At first I enjoyed being showered with compliments, but it began to get me down. Every time people fell over themselves to tell me how good I looked now, it was saying “you were less attractive before” or even, “I had a problem with your body before.” The praise “well done” was worse, as if my weight loss was a problem just waiting for a solution. Further, it was the first thing people wanted to talk about and the topic they wished to dwell on the longest. It wasn’t simply noted like a new top or haircut. Could it be that my body was the most important and defining thing about me? Nothing I have ever done before has garnered so many compliments, so much attention, and so many visibly excited friends and acquaintances. This includes getting a first class honours degree from the University of Melbourne, travelling overseas alone, singing on stage for the first time alone, and landing that competitive office job.
My experiences with crossing over to the slim side reveal that despite our efforts – genuine or not—to convince ourselves that happiness and beauty comes in all shapes and sizes; the ideal of happiness and beauty looks like a size 8. There is an assumption that a size 16 body should send you running for the hills in expensive jogging gear to collect some iceberg lettuce for your Friday night treat.
This brings me to my next revelation: fat people aren’t allowed to feel confident.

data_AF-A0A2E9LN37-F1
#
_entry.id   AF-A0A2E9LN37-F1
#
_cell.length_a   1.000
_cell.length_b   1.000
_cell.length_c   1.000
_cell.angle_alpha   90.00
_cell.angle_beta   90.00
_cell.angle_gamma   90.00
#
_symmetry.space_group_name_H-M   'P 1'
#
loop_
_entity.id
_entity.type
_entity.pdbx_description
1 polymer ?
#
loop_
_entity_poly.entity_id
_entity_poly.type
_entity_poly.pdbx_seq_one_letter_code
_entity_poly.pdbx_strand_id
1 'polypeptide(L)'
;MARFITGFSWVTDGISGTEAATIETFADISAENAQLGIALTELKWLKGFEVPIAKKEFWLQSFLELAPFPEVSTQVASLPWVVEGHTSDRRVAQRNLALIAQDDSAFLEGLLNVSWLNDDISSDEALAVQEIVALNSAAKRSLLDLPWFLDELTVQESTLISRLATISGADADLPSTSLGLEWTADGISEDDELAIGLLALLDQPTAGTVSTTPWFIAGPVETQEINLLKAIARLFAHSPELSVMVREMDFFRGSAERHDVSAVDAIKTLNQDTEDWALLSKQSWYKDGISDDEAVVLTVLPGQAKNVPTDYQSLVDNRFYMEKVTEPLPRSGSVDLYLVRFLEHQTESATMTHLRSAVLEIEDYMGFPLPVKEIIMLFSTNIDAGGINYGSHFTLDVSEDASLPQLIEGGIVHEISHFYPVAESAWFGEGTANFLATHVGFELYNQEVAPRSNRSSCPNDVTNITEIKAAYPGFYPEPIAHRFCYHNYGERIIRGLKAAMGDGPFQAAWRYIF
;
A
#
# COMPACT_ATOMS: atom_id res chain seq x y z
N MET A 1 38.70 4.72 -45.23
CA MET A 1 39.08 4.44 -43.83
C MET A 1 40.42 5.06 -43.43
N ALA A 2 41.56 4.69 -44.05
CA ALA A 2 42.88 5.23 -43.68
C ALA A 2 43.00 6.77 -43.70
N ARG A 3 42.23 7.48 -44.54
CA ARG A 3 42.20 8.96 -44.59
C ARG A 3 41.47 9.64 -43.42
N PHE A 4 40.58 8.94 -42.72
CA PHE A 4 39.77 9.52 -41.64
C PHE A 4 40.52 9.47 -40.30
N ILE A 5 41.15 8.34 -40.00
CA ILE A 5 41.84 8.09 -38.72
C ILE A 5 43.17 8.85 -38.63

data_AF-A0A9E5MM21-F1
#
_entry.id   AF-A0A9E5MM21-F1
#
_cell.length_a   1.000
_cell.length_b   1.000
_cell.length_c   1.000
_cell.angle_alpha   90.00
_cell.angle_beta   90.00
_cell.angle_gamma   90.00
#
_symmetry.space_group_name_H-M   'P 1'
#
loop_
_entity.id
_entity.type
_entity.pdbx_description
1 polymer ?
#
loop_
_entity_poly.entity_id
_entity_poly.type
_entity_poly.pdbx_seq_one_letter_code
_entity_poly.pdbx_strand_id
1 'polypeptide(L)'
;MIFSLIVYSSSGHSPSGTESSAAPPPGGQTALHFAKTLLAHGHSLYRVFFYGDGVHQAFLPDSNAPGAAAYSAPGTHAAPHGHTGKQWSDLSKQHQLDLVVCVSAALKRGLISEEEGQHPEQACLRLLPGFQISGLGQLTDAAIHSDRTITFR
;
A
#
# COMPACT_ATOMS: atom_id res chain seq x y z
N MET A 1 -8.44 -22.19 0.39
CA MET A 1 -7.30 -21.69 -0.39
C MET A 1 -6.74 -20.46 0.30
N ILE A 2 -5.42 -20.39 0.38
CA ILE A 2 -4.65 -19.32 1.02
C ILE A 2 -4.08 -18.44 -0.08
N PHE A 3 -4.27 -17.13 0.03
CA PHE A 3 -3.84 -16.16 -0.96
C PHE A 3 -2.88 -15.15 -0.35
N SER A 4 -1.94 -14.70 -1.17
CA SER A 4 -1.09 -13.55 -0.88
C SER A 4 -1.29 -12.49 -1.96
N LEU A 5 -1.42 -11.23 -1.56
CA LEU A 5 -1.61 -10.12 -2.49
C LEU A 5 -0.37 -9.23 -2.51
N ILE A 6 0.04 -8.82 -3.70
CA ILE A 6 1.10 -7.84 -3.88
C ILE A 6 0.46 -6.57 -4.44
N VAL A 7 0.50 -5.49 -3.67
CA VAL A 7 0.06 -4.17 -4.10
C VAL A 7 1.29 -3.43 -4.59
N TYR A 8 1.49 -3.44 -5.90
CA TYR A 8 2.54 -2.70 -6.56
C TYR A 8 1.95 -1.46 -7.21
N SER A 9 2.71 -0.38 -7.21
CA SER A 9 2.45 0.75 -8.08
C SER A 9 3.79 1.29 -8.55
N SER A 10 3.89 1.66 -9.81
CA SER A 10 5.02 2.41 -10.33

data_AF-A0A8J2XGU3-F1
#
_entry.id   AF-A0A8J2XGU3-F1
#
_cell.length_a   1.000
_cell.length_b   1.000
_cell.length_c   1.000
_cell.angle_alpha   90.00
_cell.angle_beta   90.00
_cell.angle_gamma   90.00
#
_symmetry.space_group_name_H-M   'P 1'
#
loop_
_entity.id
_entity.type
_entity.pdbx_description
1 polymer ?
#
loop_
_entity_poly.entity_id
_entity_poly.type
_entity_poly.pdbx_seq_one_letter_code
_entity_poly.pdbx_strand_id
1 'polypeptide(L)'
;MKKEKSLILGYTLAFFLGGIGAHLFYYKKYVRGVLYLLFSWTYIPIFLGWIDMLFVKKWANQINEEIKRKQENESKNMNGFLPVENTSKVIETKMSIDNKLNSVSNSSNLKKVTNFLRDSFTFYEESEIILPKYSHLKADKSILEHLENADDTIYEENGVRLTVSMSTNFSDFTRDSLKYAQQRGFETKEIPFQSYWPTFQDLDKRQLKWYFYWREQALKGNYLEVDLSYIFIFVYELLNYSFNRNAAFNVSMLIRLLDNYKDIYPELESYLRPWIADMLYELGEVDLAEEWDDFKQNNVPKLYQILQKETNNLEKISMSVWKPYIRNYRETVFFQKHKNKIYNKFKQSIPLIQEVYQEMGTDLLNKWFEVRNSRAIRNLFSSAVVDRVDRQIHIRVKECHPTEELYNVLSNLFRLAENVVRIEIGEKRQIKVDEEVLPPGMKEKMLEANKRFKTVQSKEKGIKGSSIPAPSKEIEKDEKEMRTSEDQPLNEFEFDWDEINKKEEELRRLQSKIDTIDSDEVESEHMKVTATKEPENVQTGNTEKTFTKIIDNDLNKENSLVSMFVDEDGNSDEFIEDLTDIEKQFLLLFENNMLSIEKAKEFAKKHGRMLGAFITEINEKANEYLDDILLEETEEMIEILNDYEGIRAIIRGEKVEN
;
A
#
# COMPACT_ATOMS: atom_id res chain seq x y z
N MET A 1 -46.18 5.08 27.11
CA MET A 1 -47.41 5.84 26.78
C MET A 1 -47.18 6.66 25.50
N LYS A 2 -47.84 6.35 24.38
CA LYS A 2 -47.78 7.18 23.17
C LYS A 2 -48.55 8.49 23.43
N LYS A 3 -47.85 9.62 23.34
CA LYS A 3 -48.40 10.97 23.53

As a fat girl, you are often treated like a victim, someone who is almost certainly a loser. Sadly, there is some truth to this much of the time. I was always the bottom of the heap at every party and bar, the least sought after by men and the least glamorous acquaintance. No one needed to ask why I was single; the answer was staring them in the face.
After my weight loss, I received an unprecedented amount of attention from men, but also from women. Suddenly, it was easier to make friends, to talk about clothes, make-up, boys, and nutrition. My perspectives counted for more, untainted by my transgressive body. My appearance no longer undermined my every perspective on clothes and make-up (what would she know about looking good), sex and relationships (the type of men she likes probably aren’t the type of men that I like), and food (taking nutritional advice from her is simply out of the question). The question of why I am single now comes with genuine curiosity.